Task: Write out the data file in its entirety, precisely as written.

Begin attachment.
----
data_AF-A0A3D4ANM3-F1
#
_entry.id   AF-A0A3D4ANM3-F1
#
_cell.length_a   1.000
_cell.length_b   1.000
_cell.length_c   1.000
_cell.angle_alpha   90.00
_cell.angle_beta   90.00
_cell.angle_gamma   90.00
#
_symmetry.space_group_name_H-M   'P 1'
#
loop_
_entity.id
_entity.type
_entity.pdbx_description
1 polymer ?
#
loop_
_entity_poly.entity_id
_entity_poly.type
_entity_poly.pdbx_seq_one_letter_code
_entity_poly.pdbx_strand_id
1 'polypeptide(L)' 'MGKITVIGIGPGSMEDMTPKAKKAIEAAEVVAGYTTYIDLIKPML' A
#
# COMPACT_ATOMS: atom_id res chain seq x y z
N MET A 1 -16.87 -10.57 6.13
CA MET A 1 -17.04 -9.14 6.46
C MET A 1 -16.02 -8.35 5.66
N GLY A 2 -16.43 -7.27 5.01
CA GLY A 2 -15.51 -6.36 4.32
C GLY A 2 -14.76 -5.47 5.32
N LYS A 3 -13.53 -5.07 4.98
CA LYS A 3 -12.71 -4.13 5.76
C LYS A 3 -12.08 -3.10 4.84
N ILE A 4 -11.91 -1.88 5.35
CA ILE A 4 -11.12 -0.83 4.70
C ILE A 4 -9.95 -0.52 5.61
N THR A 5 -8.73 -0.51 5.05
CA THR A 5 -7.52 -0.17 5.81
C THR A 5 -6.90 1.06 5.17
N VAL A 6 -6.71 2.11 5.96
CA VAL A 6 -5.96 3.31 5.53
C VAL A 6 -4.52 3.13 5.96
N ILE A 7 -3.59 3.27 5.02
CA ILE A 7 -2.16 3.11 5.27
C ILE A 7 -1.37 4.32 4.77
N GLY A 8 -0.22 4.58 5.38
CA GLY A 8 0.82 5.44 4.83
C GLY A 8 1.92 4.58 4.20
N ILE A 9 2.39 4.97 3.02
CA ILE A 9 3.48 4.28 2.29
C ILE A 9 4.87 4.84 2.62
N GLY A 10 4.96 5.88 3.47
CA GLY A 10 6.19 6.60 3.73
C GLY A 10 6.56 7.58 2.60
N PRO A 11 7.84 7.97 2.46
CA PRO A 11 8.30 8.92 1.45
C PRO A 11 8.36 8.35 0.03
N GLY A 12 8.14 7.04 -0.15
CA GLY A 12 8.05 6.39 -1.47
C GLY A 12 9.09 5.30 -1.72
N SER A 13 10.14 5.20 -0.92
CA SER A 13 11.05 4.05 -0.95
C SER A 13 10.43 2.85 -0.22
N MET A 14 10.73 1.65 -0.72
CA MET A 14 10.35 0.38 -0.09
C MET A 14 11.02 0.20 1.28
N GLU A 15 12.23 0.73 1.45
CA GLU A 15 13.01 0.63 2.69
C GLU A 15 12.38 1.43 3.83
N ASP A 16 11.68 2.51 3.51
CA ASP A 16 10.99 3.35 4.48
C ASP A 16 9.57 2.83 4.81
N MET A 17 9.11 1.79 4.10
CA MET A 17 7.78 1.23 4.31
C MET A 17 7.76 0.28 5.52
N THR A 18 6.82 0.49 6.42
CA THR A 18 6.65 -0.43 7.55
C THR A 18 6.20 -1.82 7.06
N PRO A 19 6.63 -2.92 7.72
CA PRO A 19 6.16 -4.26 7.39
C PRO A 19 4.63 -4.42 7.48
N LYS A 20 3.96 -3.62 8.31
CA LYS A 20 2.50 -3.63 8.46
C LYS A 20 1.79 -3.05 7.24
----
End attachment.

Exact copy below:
data_AF-A0A3D4ANM3-F1
#
_entry.id   AF-A0A3D4ANM3-F1
#
_cell.length_a   1.000
_cell.length_b   1.000
_cell.length_c   1.000
_cell.angle_alpha   90.00
_cell.angle_beta   90.00
_cell.angle_gamma   90.00
#
_symmetry.space_group_name_H-M   'P 1'
#
loop_
_entity.id
_entity.type
_entity.pdbx_description
1 polymer ?
#
loop_
_entity_poly.entity_id
_entity_poly.type
_entity_poly.pdbx_seq_one_letter_code
_entity_poly.pdbx_strand_id
1 'polypeptide(L)' 'MGKITVIGIGPGSMEDMTPKAKKAIEAAEVVAGYTTYIDLIKPML' A
#
# COMPACT_ATOMS: atom_id res chain seq x y z
N MET A 1 -16.87 -10.57 6.13
CA MET A 1 -17.04 -9.14 6.46
C MET A 1 -16.02 -8.35 5.66
N GLY A 2 -16.43 -7.27 5.01
CA GLY A 2 -15.51 -6.36 4.32
C GLY A 2 -14.76 -5.47 5.32
N LYS A 3 -13.53 -5.07 4.98
CA LYS A 3 -12.71 -4.13 5.76
C LYS A 3 -12.08 -3.10 4.84
N ILE A 4 -11.91 -1.88 5.35
CA ILE A 4 -11.12 -0.83 4.70
C ILE A 4 -9.95 -0.52 5.61
N THR A 5 -8.73 -0.51 5.05
CA THR A 5 -7.52 -0.17 5.81
C THR A 5 -6.90 1.06 5.17
N VAL A 6 -6.71 2.11 5.96
CA VAL A 6 -5.96 3.31 5.53
C VAL A 6 -4.52 3.13 5.96
N ILE A 7 -3.59 3.27 5.02
CA ILE A 7 -2.16 3.11 5.27
C ILE A 7 -1.37 4.32 4.77
N GLY A 8 -0.22 4.58 5.38
CA GLY A 8 0.82 5.44 4.83
C GLY A 8 1.92 4.58 4.20
N ILE A 9 2.39 4.97 3.02
CA ILE A 9 3.48 4.28 2.29
C ILE A 9 4.87 4.84 2.62
N GLY A 10 4.96 5.88 3.47
CA GLY A 10 6.19 6.60 3.73
C GLY A 10 6.56 7.58 2.60
N PRO A 11 7.84 7.97 2.46
CA PRO A 11 8.30 8.92 1.45
C PRO A 11 8.36 8.35 0.03
N GLY A 12 8.14 7.04 -0.15
CA GLY A 12 8.05 6.39 -1.47
C GLY A 12 9.09 5.30 -1.72
N SER A 13 10.14 5.20 -0.92
CA SER A 13 11.05 4.05 -0.95
C SER A 13 10.43 2.85 -0.22
N MET A 14 10.73 1.65 -0.72
CA MET A 14 10.35 0.38 -0.09
C MET A 14 11.02 0.20 1.28
N GLU A 15 12.23 0.73 1.45
CA GLU A 15 13.01 0.63 2.69
C GLU A 15 12.38 1.43 3.83
N ASP A 16 11.68 2.51 3.51
CA ASP A 16 10.99 3.35 4.48
C ASP A 16 9.57 2.83 4.81
N MET A 17 9.11 1.79 4.10
CA MET A 17 7.78 1.23 4.31
C MET A 17 7.76 0.28 5.52
N THR A 18 6.82 0.49 6.42
CA THR A 18 6.65 -0.43 7.55
C THR A 18 6.20 -1.82 7.06
N PRO A 19 6.63 -2.92 7.72
CA PRO A 19 6.16 -4.26 7.39
C PRO A 19 4.63 -4.42 7.48
N LYS A 20 3.96 -3.62 8.31
CA LYS A 20 2.50 -3.63 8.46
C LYS A 20 1.79 -3.05 7.24